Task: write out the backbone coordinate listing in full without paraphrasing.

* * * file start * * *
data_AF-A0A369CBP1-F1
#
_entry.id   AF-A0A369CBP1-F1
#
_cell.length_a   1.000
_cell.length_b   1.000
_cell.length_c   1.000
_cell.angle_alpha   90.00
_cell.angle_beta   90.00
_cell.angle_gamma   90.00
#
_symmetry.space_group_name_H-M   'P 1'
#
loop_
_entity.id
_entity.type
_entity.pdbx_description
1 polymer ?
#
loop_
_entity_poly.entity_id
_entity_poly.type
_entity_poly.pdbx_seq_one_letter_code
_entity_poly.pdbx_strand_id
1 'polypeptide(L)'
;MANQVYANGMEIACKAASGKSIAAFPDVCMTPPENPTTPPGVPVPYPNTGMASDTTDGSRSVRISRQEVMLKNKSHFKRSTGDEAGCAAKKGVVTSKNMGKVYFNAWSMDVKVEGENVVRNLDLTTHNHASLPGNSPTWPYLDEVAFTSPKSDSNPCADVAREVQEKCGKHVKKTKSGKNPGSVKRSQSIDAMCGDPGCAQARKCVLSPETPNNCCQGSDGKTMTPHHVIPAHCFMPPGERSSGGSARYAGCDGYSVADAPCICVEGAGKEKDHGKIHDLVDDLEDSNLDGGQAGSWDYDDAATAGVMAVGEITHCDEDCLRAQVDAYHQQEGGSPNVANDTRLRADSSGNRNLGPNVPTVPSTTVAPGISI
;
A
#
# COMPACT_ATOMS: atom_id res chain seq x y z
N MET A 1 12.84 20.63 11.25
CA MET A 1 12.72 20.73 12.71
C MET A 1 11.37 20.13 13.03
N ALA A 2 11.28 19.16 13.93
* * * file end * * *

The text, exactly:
data_AF-A0A369CBP1-F1
#
_entry.id   AF-A0A369CBP1-F1
#
_cell.length_a   1.000
_cell.length_b   1.000
_cell.length_c   1.000
_cell.angle_alpha   90.00
_cell.angle_beta   90.00
_cell.angle_gamma   90.00
#
_symmetry.space_group_name_H-M   'P 1'
#
loop_
_entity.id
_entity.type
_entity.pdbx_description
1 polymer ?
#
loop_
_entity_poly.entity_id
_entity_poly.type
_entity_poly.pdbx_seq_one_letter_code
_entity_poly.pdbx_strand_id
1 'polypeptide(L)'
;MANQVYANGMEIACKAASGKSIAAFPDVCMTPPENPTTPPGVPVPYPNTGMASDTTDGSRSVRISRQEVMLKNKSHFKRSTGDEAGCAAKKGVVTSKNMGKVYFNAWSMDVKVEGENVVRNLDLTTHNHASLPGNSPTWPYLDEVAFTSPKSDSNPCADVAREVQEKCGKHVKKTKSGKNPGSVKRSQSIDAMCGDPGCAQARKCVLSPETPNNCCQGSDGKTMTPHHVIPAHCFMPPGERSSGGSARYAGCDGYSVADAPCICVEGAGKEKDHGKIHDLVDDLEDSNLDGGQAGSWDYDDAATAGVMAVGEITHCDEDCLRAQVDAYHQQEGGSPNVANDTRLRADSSGNRNLGPNVPTVPSTTVAPGISI
;
A
#
# COMPACT_ATOMS: atom_id res chain seq x y z
N MET A 1 12.84 20.63 11.25
CA MET A 1 12.72 20.73 12.71
C MET A 1 11.37 20.13 13.03
N ALA A 2 11.28 19.16 13.93